Despite being nominated to his position by Trump, Powell and the president have fallen foul of each other on multiple occasions over the past two years. The driving wedge between the two is interest rates, with Trump calling Powell’s decision to dismiss the possibility of adopting negative interest rates “insane”. The tension between the president and fed chair started as early as 2018, with Trump telling The Wall Street Journal that he “maybe” regretted throwing his nomination behind Powell, complaining that he “almost looks like he’s happy raising interest rates.” The tension has continued ever since, with Trump saying “Here’s a guy, nobody ever heard of him before. And now, I made him, and he wants to show how tough he is … He’s not doing a good job.”

8. Sky High Approval

Trump might not think Powell is doing a good job, but the public clearly doesn’t agree. As Business Insider reports, Powell’s approval rating has leapt up over the past few months, with confidence in the Fed Chair now at its highest level in 15 years. Much of his success can be linked to his response to the COVID-19 plight, and the actions taken by the Fed to fight the subsequent economic fallout. According to an April 1-14 Gallup Poll, 58% of US citizens have faith that Powell is doing, and will continue to do, the ‘right thing’. In contrast, Trump’s approval rating is sat at a comparatively dismal 43%.

9. The Doomsayer

You can’t fault Powell for foresight. Long before coronavirus had unleashed its devastating effects on the US, the Fed Chair was warning that the virus, which at that point was believed to be a Chinese concern only, would have far broader, global consequences than others were suggesting. “We are closely monitoring the emergence of the coronavirus, which could lead to disruptions in China that spill over to the rest of the global economy,” he told House Financial Services Committee members in February. Three months later, and it’s only too clear he was on the right track.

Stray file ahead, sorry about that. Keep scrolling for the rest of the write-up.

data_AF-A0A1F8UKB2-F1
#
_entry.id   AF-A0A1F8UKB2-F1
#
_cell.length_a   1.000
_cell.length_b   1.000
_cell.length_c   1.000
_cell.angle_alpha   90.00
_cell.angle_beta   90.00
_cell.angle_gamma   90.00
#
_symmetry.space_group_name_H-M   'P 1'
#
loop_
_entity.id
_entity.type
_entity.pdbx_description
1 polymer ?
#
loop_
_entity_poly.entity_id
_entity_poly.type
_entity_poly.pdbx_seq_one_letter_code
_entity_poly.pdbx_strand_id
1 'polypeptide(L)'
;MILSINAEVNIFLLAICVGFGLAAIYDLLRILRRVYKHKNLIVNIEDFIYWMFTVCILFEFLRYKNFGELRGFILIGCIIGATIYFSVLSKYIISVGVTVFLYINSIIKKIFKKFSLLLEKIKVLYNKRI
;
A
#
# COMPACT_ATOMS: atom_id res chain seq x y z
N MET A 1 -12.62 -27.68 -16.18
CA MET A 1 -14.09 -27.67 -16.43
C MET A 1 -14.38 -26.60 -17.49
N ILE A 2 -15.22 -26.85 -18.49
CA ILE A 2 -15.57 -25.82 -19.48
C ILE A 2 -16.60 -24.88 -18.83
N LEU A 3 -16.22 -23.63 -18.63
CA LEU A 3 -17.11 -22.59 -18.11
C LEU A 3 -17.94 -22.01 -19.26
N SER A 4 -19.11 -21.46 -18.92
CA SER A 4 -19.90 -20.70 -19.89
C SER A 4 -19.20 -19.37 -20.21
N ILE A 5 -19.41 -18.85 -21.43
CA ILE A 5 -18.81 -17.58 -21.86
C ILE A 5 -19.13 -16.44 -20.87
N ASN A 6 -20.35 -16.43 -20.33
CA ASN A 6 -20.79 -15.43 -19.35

10. Sobering Thoughts

As reported by Reuters, Powell issued a sobering speech on 13th May in which he outlined his hopes and fears for economic recovery as the US begins to emerge from lockdown. “It will take some time to get back to where we were,” Powell said during a webcast interview with director of the Peterson Institute for International Economics, Adam Posen. “There is a sense, growing sense I think, that the recovery may come more slowly than we would like. But it will come, and that may mean that it’s necessary for us to do more.” “The reversal of economic fortune” that resulted from the pandemic “has caused a level of pain that is hard to capture in words,” he went on to say, noting “the scope and speed of this downturn are without modern precedent, significantly worse than any recession since World War II.” He also went on to make the stark warning that the crisis would result in an “extended period” of low growth that could leave lasting economic damage. “It will take some time to get back to where we were,” he concluded.